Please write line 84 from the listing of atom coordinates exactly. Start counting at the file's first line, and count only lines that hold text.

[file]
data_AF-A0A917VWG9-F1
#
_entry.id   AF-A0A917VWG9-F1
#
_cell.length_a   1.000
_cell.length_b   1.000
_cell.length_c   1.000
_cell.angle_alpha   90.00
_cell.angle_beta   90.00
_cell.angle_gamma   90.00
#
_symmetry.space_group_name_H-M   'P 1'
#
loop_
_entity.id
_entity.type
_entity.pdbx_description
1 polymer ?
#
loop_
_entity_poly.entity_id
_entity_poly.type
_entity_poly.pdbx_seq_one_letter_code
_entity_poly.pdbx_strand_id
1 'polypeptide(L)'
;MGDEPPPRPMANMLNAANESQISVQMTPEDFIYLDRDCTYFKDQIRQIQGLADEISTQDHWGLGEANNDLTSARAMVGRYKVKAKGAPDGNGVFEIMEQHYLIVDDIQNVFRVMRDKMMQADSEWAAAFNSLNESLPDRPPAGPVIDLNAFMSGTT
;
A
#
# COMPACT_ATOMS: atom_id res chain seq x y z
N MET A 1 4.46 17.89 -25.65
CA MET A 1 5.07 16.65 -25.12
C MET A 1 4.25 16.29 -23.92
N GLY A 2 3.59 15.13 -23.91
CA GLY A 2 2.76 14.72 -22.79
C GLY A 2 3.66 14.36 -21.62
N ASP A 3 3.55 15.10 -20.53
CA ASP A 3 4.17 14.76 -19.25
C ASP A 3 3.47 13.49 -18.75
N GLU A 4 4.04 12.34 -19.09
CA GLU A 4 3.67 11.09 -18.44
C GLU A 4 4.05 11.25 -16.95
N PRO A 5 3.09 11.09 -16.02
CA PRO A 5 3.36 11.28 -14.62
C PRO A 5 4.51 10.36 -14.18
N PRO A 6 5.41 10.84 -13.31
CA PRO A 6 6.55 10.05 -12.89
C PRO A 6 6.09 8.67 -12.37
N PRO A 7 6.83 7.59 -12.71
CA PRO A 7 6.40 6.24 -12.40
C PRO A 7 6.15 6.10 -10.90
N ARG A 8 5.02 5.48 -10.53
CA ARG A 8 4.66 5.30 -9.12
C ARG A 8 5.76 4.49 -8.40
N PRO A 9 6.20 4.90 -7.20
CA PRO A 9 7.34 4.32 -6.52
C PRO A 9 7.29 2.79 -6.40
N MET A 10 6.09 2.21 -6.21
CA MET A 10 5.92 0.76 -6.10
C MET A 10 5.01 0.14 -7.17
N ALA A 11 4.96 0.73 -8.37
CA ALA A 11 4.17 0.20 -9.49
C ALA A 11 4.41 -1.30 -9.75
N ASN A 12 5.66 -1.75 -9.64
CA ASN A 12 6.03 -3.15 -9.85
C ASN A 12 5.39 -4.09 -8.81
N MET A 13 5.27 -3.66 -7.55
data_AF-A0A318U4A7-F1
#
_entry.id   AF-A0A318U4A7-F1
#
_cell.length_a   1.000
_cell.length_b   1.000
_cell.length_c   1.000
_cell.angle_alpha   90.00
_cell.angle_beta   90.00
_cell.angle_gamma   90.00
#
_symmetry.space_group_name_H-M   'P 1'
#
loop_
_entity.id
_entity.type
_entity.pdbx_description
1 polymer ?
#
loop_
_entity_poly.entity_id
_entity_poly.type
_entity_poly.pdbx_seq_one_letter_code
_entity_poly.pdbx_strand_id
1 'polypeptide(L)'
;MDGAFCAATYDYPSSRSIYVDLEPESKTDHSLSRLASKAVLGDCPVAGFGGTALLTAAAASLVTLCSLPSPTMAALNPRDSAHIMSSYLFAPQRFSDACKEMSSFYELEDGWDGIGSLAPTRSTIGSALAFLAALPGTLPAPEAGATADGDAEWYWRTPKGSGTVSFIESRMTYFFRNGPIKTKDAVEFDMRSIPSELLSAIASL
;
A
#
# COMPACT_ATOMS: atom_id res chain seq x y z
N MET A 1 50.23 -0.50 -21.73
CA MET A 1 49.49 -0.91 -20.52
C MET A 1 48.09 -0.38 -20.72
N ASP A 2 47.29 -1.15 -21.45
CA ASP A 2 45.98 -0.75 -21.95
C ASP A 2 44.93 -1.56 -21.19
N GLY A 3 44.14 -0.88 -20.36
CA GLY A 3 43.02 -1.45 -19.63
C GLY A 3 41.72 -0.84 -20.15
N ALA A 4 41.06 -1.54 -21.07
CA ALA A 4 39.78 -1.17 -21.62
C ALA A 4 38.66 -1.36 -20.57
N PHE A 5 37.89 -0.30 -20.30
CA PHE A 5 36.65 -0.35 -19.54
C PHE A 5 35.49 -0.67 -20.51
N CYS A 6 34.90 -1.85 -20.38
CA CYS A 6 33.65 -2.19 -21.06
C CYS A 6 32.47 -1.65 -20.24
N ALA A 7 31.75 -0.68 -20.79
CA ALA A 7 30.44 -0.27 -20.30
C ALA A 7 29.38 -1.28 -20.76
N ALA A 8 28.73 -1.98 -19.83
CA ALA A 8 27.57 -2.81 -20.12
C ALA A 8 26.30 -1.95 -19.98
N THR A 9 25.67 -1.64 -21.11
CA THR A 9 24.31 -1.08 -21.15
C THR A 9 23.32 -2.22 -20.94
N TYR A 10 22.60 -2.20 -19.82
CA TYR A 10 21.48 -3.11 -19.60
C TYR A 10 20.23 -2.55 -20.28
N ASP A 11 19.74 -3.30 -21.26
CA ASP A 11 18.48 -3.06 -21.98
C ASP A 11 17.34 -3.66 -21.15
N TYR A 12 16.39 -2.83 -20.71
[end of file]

_entity.pdbx_description